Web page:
Advanced economics of Southern Africa and slave trade

By: Hadebe Hadebe

This schematic presentation of slavery trade and colonial wars is developed from the combined perspectives of history, economics and politics as an attempt to prove beyond a doubt that conflicts in Southern Africa had a positive correlation with slave trade and colonialism, both which are functions of economics.

The sketch is separated in three interlinked phases: pre-1800 (Arab-Western slave trade and British takeover); 1800s (European slave trade); and early 1900s (British victory and internal slavery).

Key points:

1) Conflict in southern Africa as a result of European-Arab interest in trading activity began prior to 1200s. However, the interaction between the East and Western occured in the 15th century with increased European voyages supposedly to Asia.

The Portuguese explorers were amongst the first to land in southern Africa after China had ceased its naval operations in the 1500s. Slaves were harvested to provide cheap labour in home countries and in the new territories. Much of the recorded slave trade took place in the West Coast but the people were sent predominantly to the New World.

2) Growing interest of Britain on southern Africa in the latter parts of the 1700s meant the intensification of conflict in the region as represented by, e.g., nine Xhosa frontier wars between 1779 and 1879, Mfecane myth in the late 1700s to the 1810s, die Groot Trek, etc.

Shaping the events in this period was Britain’s decision to ban slave trade in 1807 as a show of changed economic priorities which now focused on the exploitation of minerals in South Africa as well as on expanding white settlement and economy primarily in South Africa and Southern Rhodesia.

However, this period coincided with a high demand for slaves in Brazil. Then Delagoa Bay in Mozambique became the main centre for slave trade in the world. All European nations, including the Austrians, Germans, Swiss, Danes, and others, joined chief enslavers in the English, French and the Portuguese in trading humans.

Not to be left behind major tribes like Zulu, Ndwandwe, BaNgwato, Barotse, etc., they also increased their relations with Delagoa Bay but as slave hunters who raided and destroyed settlements to displace starving people as well as to force them into submission.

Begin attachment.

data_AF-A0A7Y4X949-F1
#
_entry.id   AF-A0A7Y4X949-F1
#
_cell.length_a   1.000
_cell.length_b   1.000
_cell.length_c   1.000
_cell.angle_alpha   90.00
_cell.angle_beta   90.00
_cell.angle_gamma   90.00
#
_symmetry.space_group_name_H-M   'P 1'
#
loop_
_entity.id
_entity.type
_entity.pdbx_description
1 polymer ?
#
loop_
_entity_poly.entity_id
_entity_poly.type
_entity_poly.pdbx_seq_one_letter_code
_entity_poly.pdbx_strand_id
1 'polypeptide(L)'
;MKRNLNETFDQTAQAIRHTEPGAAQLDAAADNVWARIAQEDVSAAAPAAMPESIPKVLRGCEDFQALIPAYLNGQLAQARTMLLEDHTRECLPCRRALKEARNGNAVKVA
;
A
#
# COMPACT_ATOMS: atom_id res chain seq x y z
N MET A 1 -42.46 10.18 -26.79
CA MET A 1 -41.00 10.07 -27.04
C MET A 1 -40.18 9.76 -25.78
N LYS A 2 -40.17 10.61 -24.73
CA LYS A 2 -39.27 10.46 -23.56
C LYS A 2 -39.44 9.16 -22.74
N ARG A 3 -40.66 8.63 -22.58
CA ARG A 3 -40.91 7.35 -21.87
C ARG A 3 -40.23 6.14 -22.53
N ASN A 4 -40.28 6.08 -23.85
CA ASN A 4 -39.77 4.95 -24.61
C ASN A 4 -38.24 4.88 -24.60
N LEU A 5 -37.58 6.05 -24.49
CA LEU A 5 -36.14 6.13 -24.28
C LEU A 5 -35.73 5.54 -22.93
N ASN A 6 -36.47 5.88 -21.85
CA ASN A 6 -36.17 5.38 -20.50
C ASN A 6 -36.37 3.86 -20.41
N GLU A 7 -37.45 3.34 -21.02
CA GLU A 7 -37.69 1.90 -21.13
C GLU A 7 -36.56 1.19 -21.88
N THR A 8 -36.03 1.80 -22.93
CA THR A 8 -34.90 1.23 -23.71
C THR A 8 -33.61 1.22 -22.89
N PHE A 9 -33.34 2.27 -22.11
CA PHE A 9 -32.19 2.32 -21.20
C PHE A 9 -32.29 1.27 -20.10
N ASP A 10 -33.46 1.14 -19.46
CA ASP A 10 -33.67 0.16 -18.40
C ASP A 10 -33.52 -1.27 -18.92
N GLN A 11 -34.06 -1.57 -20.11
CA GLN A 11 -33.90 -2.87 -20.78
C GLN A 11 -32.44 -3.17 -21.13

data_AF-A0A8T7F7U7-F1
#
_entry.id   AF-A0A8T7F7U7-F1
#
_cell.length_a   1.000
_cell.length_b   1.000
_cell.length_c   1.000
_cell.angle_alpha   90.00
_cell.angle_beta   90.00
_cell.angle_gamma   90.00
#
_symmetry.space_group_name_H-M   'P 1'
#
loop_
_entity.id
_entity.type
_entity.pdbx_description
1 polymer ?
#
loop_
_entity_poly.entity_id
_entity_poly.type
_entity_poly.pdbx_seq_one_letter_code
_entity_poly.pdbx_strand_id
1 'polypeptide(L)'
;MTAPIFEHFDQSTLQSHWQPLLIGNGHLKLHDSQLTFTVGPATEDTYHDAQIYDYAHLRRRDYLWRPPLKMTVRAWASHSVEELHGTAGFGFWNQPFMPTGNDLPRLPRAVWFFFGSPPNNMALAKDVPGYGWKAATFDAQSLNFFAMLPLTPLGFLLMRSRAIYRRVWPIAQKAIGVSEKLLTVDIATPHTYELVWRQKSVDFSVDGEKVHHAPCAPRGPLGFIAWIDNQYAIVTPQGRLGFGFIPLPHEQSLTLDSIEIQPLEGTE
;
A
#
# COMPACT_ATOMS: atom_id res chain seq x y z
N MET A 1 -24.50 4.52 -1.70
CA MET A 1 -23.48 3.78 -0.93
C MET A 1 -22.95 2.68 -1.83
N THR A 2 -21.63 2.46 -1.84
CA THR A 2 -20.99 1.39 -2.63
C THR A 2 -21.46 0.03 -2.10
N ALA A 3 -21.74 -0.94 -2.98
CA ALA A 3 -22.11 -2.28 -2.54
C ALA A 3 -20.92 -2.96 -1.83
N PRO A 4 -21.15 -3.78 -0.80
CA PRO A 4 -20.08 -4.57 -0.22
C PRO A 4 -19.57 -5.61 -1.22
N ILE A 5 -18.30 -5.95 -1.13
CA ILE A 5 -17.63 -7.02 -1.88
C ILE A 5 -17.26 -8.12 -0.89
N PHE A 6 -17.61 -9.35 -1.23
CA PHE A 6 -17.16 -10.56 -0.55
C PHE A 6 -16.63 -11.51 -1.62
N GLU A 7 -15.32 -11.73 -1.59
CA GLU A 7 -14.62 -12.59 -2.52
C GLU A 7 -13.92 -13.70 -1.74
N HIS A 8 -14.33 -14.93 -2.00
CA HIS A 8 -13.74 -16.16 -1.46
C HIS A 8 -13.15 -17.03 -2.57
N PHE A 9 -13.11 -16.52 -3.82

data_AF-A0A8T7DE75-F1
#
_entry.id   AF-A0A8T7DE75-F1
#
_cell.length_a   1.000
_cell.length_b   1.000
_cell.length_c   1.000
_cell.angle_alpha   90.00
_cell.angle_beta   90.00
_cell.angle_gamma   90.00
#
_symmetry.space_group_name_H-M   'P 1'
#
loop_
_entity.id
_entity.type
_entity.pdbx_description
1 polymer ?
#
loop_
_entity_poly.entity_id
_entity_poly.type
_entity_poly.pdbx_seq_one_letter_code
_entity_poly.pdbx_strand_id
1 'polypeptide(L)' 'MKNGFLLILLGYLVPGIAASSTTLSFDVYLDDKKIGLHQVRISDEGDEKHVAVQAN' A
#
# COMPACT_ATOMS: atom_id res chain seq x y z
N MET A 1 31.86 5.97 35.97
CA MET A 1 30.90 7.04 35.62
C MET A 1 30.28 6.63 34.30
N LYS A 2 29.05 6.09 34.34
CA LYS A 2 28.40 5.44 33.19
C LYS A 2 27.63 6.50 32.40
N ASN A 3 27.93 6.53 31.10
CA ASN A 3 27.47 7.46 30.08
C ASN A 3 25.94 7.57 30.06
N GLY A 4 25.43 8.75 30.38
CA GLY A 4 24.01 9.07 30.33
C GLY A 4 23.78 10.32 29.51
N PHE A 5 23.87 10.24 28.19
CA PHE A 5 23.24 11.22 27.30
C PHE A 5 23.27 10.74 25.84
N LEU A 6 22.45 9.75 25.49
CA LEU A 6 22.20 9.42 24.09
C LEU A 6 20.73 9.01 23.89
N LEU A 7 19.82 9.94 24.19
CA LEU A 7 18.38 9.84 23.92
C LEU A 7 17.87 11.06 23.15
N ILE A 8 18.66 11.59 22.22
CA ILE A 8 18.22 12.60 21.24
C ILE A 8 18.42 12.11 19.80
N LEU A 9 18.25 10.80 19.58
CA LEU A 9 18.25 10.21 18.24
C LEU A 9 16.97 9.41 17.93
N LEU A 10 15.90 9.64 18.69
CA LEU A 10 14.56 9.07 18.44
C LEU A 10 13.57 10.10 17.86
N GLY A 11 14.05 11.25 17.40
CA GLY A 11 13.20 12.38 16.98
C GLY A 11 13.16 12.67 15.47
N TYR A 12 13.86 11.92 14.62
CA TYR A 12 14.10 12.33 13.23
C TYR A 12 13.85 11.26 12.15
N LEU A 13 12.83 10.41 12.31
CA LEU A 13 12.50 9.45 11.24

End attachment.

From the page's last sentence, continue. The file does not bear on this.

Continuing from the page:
Down in the Cape and lower Natal similar raids were taking place. Africans had developed expensive tastes from global capitalism and aggressively participated in slave trade. Also attracted to the booming business were the Voortrekkers who moved upwards from the Cape to be closer to the market after the British had disrupted their illicit trade.

The outcome of the increased trade activity produced numerous wars including Mfecane, Zulu aggression, Zulu-Boer Wars, etc. and colonialism: Natal, Basutoland, Rhodesia, and so on. Occuring in parallel were the British efforts to establish themselves as a dominant power in the region. They saw slave exportation as competing with their long-term political goals. This produced clashes with the eminent slave raiders primarily the Boers and Zulus.

The last slaves to land in Brazil arrived in 1888, which was 10 years after the British defeated the Zulus and Xhosas. The only remaining threat were the Boers who had propped the wars with the help of Germany, who was a growing competition to the British in Southern Africa. Around 1900, the British and the Boers engaged quickfire wars where London emerged victorious. The scramble for Africa meeting in Berlin was an attempt to counter forceful British expansion.

3) From the 1900s, the wars largely subsided and white political power was fully entrenched in Southern Africa, especially after the verligte Boers led by Jan Smuts agreed to cooperate with the British in the management of the newly created state, the Union of South Africa, in 1910. At this time, no serious threat was posed by black groups especially in Natal.

Nonetheless, the competition between the British and Germany did not end, but relocated to Europe via WWI. Germany was then stripped all its colonies and South Africa was given Namibia to mark total British dominance.

Anything called struggle for liberation was engineered by the British to safeguard its interests like it did with the 1807 slave trade ban. From the 1960s on, Britain moved from being an imperial power to a financial power. The next article will demonstate how Britain maintained its rule over its former colonies like South Africa, Ghana, Kenya, Uganda, Zambia, Nigeria and Zimbabwe.

Siya yi banga le economy!

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